Attorney-General Githu Muigai Thursday termed Mr Odinga’s inauguration plan as ‘treasonable’, offering a hint at how the Kenyatta regime might respond to it.
Analysts see this new political development as a key risk to the recent rallying of markets that have seen stock prices recover and the shilling strengthen against major world currencies as foreign investors return to the domestic market.
“This political development on the back of lower market activity as the holiday season approaches could weigh on the shilling,” a forex trader with a local commercial bank said.
The Kenyan economy has weathered a number of shocks that have forced the government and International Monetary Fund (IMF) to scale down their growth projections for 2017.
A severe drought that started in the last quarter of 2016 hurt agricultural production, forcing the World Bank to scale down its forecast by half a percentage point to 5.5 per cent in April.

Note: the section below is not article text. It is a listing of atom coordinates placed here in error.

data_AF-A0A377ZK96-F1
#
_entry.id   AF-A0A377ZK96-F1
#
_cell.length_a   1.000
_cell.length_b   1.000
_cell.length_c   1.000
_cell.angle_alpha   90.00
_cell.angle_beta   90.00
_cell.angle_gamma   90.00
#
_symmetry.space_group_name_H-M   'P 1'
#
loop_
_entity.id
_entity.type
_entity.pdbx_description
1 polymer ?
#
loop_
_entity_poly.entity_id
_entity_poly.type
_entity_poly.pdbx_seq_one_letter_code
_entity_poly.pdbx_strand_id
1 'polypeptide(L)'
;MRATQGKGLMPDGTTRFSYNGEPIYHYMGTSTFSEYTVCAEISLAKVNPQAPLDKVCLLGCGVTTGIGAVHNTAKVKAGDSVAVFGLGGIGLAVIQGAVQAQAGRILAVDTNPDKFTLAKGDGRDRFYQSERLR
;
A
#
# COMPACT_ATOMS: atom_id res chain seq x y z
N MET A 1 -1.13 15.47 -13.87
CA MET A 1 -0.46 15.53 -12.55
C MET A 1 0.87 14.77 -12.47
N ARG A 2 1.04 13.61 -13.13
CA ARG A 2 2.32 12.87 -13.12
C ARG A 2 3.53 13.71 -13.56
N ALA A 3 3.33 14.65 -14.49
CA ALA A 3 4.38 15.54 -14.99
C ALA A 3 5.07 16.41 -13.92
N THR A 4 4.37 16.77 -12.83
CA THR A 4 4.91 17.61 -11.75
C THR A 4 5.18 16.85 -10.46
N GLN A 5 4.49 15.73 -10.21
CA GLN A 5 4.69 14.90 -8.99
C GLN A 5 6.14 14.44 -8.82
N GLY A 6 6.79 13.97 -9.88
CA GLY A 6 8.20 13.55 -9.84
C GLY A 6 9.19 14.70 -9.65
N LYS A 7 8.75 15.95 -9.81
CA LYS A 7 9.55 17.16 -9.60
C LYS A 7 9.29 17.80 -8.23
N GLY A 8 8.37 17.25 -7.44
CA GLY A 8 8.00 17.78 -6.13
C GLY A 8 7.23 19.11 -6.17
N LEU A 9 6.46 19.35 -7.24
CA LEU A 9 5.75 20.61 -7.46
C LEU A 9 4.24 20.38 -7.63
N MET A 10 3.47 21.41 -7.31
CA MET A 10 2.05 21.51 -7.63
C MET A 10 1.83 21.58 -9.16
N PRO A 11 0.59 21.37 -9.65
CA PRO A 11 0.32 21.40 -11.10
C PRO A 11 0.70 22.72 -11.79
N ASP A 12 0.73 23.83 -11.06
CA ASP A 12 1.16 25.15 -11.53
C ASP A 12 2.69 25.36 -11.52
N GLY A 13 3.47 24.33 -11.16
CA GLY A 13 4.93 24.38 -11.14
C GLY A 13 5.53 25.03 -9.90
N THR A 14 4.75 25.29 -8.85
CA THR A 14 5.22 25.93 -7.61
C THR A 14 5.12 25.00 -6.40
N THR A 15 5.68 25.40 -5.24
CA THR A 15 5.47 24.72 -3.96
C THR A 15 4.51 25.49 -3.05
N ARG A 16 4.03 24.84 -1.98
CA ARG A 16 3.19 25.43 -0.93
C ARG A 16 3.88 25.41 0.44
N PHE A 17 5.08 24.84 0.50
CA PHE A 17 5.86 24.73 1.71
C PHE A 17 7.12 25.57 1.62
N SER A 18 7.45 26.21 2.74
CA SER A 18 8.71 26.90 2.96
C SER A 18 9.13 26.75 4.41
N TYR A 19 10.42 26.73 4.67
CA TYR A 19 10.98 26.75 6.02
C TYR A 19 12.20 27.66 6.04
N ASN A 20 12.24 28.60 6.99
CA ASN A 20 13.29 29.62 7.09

A slowdown in credit growth coupled with a prolonged political season that saw the country go to its first ever repeat presidential election hurt activity in key sectors such as agriculture, manufacturing and trade – and forcing the Treasury to downgrade its growth forecast to 5.1 per cent from 5.9 per cent previously.
Some sectors, including wholesale and retail, tourism and small businesses, however performed better, according to Central Bank of Kenya Governor Patrick Njoroge.